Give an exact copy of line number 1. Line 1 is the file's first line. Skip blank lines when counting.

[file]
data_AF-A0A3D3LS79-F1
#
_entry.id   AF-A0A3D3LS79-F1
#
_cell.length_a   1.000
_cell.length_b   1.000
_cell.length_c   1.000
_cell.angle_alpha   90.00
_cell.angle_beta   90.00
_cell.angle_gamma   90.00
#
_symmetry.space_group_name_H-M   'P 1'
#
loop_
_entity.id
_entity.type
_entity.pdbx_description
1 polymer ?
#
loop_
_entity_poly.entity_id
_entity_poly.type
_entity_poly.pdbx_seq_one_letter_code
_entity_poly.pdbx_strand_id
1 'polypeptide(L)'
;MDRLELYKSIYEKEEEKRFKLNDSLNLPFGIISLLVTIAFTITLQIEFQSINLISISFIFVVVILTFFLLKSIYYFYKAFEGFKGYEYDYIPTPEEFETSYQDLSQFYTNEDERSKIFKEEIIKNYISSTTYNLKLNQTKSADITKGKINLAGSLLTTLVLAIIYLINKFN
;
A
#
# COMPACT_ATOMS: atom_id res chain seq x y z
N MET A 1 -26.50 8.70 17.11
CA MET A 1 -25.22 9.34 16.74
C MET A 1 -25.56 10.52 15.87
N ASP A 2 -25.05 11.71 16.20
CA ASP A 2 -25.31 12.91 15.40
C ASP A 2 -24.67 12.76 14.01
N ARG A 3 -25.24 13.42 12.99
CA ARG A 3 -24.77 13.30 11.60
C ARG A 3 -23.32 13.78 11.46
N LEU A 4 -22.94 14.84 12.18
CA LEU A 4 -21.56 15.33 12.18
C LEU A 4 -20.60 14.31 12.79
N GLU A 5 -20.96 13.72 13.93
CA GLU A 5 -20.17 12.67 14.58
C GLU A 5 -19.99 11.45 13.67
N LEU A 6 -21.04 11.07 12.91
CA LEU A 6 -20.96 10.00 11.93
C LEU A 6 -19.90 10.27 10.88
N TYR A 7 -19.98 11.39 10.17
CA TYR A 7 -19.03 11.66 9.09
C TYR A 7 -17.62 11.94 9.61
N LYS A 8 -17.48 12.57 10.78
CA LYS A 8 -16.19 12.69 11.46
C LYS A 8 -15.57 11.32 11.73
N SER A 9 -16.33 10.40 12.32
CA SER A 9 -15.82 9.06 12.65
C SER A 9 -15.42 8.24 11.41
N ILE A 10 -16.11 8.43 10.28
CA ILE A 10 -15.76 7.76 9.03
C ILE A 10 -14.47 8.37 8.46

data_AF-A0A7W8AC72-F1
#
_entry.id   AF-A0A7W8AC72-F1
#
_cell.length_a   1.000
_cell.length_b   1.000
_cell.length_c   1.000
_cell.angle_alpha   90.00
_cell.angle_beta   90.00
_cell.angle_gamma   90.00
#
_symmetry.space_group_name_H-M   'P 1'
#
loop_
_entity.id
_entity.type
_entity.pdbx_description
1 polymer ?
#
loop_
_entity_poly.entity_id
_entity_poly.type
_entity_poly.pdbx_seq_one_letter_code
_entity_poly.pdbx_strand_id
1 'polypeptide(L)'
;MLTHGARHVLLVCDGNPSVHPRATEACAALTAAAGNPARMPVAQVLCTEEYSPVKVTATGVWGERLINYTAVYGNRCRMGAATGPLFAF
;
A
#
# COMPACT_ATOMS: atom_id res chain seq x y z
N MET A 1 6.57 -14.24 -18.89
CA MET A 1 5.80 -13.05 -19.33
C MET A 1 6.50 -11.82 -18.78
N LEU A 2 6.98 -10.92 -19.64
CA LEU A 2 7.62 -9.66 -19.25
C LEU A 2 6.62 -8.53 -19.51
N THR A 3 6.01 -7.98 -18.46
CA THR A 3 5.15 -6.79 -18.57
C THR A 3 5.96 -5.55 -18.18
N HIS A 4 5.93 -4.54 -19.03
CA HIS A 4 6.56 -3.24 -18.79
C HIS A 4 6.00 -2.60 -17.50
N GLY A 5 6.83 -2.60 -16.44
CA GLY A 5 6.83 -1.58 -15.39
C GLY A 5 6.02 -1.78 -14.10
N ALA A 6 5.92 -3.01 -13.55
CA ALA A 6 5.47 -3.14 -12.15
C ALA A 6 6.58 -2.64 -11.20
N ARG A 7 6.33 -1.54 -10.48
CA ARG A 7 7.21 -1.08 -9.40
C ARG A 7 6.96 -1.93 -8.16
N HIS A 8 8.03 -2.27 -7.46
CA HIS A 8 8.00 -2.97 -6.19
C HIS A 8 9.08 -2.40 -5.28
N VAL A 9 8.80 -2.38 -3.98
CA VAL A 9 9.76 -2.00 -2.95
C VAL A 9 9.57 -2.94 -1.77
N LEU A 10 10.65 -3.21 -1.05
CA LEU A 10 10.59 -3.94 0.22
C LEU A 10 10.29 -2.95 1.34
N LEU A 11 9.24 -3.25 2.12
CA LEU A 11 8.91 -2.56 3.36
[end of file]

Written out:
data_AF-A0A3D3LS79-F1